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-   -   Prime vs. Safe? (http://www.tropicalfishkeeping.com/beginner-freshwater-aquarium/prime-vs-safe-116863/)

pittipuppylove 10-12-2012 02:30 PM

Prime vs. Safe?
 
Hey guys,

I'm picking up some new conditioner and planned on getting Seachem Prime since my tap water contains a fair amount of nitrate. I was checking it out online and found out that Seachem creates a product called "Safe" that is supposedly the powdered version of Prime and more concentrated. Anyone have experience with this product and it's use as opposed to Prime?

Thanks for any help!
Leah

AK Fresh Water 10-12-2012 04:17 PM

I have no experience with either product.
However, I have a preference for liquid products. In the past, I feel that powders take longer to dissolve and work properly. This may be speculation, but it has led me to purchase liquid options whenever possible.

AbbeysDad 10-12-2012 04:58 PM

Prime will not help your problem with source water nitrates. Although Prime will detoxify ammonia, nitrites and nitrates, it only does so for 24-48 hours.
You'll need to find another source of water for your water changes.
You might consider adding lots of plants, even floating to help bring nitrates down.

For lower nitrates for water changes...
You might consider an RO, DI or RO/DI system to filter nitrates from your water.
You might use an API Tap Water Filter to produce deionized (DI) water.
You might use Fluval Lab Series Nitrate Remover or API Nitra-Zorb. Both are synthetic resins that adsorb nitrates and can be regenerated in salt water.
You might invest in a denitrate filter (such as Aquaripure) but they can be a little expensive.

In any case, There is no chemical solution to high nitrates in source or tank water.

DKRST 10-12-2012 05:42 PM

What is a "fair" amount of nitrate? If it's under about 20 using an API test kit, you have a great planted tank set-up right out of the tap, just add micronutrient fertilizers!

I always get the nitrite and nitrates mixed up:hmm:. I think nitrate is the least toxic of the two nitrogenous molecules but even then you don't want it in too much excess. Some species are really intolerant of elevated levels. Others wouldn't be impacted by slightly elevated nitrates at all.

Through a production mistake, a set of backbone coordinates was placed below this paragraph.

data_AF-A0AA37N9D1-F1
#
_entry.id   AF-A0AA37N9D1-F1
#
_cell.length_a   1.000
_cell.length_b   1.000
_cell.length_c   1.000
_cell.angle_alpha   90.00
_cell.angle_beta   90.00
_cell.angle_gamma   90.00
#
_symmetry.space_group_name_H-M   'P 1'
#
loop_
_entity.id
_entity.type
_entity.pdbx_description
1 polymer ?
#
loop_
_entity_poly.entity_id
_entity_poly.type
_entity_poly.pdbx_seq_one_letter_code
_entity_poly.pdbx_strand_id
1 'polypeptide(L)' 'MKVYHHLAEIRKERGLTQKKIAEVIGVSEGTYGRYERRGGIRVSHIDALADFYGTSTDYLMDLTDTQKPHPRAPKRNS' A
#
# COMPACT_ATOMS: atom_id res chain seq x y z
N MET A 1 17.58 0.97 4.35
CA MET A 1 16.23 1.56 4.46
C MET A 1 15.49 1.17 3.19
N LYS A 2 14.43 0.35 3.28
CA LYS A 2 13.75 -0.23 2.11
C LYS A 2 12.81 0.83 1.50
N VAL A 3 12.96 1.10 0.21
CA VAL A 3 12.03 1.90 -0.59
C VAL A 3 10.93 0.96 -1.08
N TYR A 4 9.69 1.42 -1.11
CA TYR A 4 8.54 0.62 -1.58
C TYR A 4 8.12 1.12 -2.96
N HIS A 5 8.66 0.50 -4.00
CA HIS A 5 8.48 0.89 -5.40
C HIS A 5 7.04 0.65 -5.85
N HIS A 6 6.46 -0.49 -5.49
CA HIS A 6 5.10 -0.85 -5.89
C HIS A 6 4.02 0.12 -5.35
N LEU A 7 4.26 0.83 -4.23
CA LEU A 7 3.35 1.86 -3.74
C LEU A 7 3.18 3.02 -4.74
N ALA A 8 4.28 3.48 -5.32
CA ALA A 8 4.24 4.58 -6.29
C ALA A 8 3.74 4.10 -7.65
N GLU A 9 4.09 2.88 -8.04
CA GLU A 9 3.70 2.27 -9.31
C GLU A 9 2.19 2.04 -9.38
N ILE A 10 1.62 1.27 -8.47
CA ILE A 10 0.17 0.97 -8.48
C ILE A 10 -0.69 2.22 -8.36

I think it'd be easier to overdose a powder, but that's just my opinion.

pittipuppylove 10-12-2012 08:52 PM

The water's reading around 20ppm nitrate out of the tap after outgassing it. I live in a dorm, so it's going to be a bit difficult to have a deionizer or something like that when it's in a public bathroom. Both tanks are fully planted. If nothing else, I can ask the science department if I can use some of the water from one of the DI taps in the labs.
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Byron 10-13-2012 11:19 AM

This may have been mentioned in another of your threads, but doesn't hurt to repeat. If using the API liquid test kit for nitrate, make sure to shake Regent #2 for a good 2 minutes before adding the drops. Less shaking has been known to result in inaccurate and higher readings. Also, the local water supply people should know the average nitrate level in the water, this is a public health issue, and that would confirm your test results.

As for dealing with nitrates, lots of plants especially fast-growers. Use Prime [I've never used the powder, but like someone else said I too prefer liquid additives as they are much easier for me at least] at each water change. This detoxifies the initial increase of nitrates and by the time Prime wears off the plants and bacteria [yes, there are bacteria in the substrate that use nitrates to produce oxygen] will have things under control when the nitrates are relatively minimal as here. If you had higher nitrate in the source water, other steps would be necessary as AD has clearly mentioned.

To pick up on DKRST's point about nitrate toxicity, there is a lot of inaccurate information around the hobby on nitrates. Some maintain levels up to 100ppm are "harmless" to most fish, and one still frequently sees advice to keep nitrate below 40ppm. This is far too high. Dr. Neale Monks has been writing on nitrates frequently in his responses to questions in the UK periodical Practical Fishkeeping, and being a biologist he should know; he says that all fish are probably affected by nitrates in excess of 20ppm, and cichlids certainly are. This should not be surprising, when one considers that none of the fish we maintain in aquaria have evolved in waters with nitrates much above zero. Nitrate is simply another form of nitrogen, and while it may not be as immediately toxic to fish and plants as ammonia and nitrite, it is still toxic and should be kept as low as possible.

Byron.

pittipuppylove 10-14-2012 04:58 PM

I shook reagent two for a good three to five minutes and got 20-30ppm nitrate both times I tested. Just picked up some Prime today to detoxify the nitrates until the plants can handle them, and I'll be picking up some new, fast growing plants in the near future. Hopefully that'll take care of the problem :)

DKRST 10-15-2012 11:48 AM

Floating plants grow much faster than others since they can access atmospheric CO2 (higher CO2 than dissolves in water, thus faster growth). I'd recommend getting some Frogbit, Water lettuce, water sprite, or duckweed! Just removed excess growth each week and you are pulling out nitrates as well!

pittipuppylove 10-15-2012 01:49 PM

That much I can do! I already have Water Sprite and some Dwarf Baby Tears floating, so I'll try to pick up a couple more different types :-)

DKRST 10-15-2012 06:11 PM

You probably don't actually have to have more floating species, just grow out what you already have!


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